To use it, we only need to instantiate the inflector object, and from that, we can make use of the full set of all features it provides.

For example, we can pluralize or singularize nouns, camelize strings, demodulize, and perform several other string transformations.

Here is a little snippet I've copied from the documentation, to present the basic feature of dry-inflector.

require "dry/inflector"

inflector = Dry::Inflector.new

inflector.pluralize("book")    # => "books"
inflector.singularize("books") # => "book"

inflector.camelize("dry/inflector") # => "Dry::Inflector"
inflector.classify("books")         # => "Book"
inflector.tableize("Book")          # => "books"

inflector.dasherize("dry_inflector")  # => "dry-inflector"
inflector.underscore("dry-inflector") # => "dry_inflector"

inflector.demodulize("Dry::Inflector") # => "Inflector"

inflector.humanize("dry_inflector")    # => "Dry inflector"
inflector.humanize("author_id")        # => "Author"

inflector.ordinalize(1)  # => "1st"
inflector.ordinalize(2)  # => "2nd"
inflector.ordinalize(3)  # => "3rd"
inflector.ordinalize(10) # => "10th"
inflector.ordinalize(23) # => "23rd"

There is also the one we've looked for, constantize!

Using constantize with dry-inflector

Let's check how constantize method behaves. I'll create a minimal set, just a plain ruby script requiring a dry-inflector and creating the inflector instance.

#!/usr/bin/env ruby

require 'dry-inflector'

inflector = Dry::Inflector.new

Then Let's create the sample class, Let's call it HanamiMastery, and put some string. Maybe Subscribe!, as I actually want to ask you for that ;).

class HanamiMastery
  def call
    p 'Subscribe!'

Then let's call the constantize, passed in the "HanamiMastery" sting as a parameter.


That is amazing! Out of the box implementation of most useful string transformations, but extracted as a single feature, ready to be used!

Solving our problem

With dry-inflector gem discovered, it was almost a no-brainer to update our CommandBus to make use of it!

require 'dry-inflector'

class CommandBus
  def initialize
    @handlers = {}
    @inflector = Dry::Inflector.new

  attr_reader :inflector

  def init_handler(command_klass)
    handler_klass = inflector.constantize(handler_klass_str)

This way, we avoided implementing the method in dozens of gems supporting our microservices ecosystem, and we've quickly realized, that other inflection transformations were also very useful in our case.

That's just great! Thanks, Open-Source geeks!

Configuring the Dry::Inflector object

I'd want to yet quickly mention the configuration feature, as this is one more super-useful functionalities that dry-inflector provides. For example, I always hate, when I want to have API namespace, and I need to name classes, like: Api, or Http instead of HTTP and API for Rails to properly transform those strings. This is easily solved by Dry::Inflector by allowing to mark certain words as acronyms.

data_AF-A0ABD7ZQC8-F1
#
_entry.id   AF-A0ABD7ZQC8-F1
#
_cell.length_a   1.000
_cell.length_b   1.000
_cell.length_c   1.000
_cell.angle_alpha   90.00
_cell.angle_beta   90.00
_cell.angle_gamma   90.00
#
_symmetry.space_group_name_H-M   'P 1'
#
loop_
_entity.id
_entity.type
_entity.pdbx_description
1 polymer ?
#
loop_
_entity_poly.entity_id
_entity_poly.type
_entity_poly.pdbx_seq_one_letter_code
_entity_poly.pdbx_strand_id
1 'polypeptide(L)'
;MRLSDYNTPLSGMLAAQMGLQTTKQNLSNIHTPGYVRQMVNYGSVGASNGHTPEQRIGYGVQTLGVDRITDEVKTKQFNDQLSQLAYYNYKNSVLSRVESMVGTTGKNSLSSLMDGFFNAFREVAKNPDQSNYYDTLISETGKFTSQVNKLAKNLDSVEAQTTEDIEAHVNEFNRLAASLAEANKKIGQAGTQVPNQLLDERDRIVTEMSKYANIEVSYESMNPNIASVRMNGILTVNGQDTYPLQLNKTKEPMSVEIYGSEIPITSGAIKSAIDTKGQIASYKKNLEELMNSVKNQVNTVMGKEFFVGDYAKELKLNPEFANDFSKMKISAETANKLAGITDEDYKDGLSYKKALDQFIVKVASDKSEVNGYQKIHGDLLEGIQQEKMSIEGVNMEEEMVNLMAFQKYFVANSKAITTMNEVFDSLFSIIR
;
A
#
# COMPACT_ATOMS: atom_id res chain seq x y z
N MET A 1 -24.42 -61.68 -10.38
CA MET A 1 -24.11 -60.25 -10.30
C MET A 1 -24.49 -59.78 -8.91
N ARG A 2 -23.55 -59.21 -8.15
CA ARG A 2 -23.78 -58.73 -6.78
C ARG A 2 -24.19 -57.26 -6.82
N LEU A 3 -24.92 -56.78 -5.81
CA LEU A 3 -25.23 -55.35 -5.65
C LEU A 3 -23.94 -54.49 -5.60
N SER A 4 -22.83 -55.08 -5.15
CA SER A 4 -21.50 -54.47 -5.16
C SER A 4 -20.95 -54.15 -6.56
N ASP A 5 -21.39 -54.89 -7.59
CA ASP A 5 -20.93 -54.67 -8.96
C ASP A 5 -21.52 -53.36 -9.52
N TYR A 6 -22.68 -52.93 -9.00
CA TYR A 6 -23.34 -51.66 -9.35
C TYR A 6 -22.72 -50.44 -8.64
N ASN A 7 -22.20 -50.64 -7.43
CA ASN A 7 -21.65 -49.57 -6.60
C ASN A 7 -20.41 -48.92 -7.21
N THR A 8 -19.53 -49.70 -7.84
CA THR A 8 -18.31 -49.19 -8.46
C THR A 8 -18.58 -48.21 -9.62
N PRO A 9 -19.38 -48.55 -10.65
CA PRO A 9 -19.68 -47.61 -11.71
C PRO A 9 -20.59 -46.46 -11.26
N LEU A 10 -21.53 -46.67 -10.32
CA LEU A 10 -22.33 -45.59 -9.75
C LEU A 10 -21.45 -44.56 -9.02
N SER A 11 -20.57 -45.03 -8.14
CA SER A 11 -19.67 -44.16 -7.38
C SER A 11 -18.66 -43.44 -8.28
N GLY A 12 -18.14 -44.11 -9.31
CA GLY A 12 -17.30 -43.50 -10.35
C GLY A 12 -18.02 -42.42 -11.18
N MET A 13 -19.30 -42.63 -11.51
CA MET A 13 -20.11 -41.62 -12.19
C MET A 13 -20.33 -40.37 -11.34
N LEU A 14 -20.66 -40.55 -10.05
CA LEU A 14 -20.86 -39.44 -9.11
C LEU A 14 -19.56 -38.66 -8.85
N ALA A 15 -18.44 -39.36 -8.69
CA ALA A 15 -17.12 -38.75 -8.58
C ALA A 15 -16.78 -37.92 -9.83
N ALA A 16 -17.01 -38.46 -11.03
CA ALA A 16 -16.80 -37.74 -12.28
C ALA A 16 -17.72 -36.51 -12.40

require "dry/inflector"

inflector = Dry::Inflector.new do |inflections|
  inflections.acronym "API", "JSON"

inflector.underscore("JSONAPIresponse") # => "json_api_response"
inflector.camelize("json_api_request") # => "JSONAPIResponse"

The other nice thing is that you can add your own inflections, mark certain words as uncountable, or deliver additional rules to the pluralization of certain words.

require "dry/inflector"

inflector = Dry::Inflector.new do |inflections|
  inflections.plural      "HTTP",   "Hypertext Transfer Protocols" # specify a rule for #pluralize
  inflections.uncountable "HanamiMastery"      # add an exception for an uncountable word

inflector.pluralize("HTTP")     # => "Hypertext Transfer Protocols"
inflector.pluralize("dry-inflector") # => "dry-inflector"

That's all I have for today, check out the gem's documentation if you seek more examples of usage.

Do you like this episode? Consider sponsoring the project!

I hope you've enjoyed this episode, and if you want to see more content in this fashion, Subscribe to my channel and follow me on twitter! As always, all links you can find the description of the video or in the Hanami Mastery about page

See you!

Special Thanks!

I'd like to thank All the amazing people who decided to sponsor me so far. I appreciate your trust, as I understand that too many blogs do not even hit the barrier of 10 articles!

Any support allows me to spend more time on creating content that promotes great open source projects. I hope to do more of this stuff in the future!

Do you know great Ruby gems?

Add your suggestion to our discussion panel!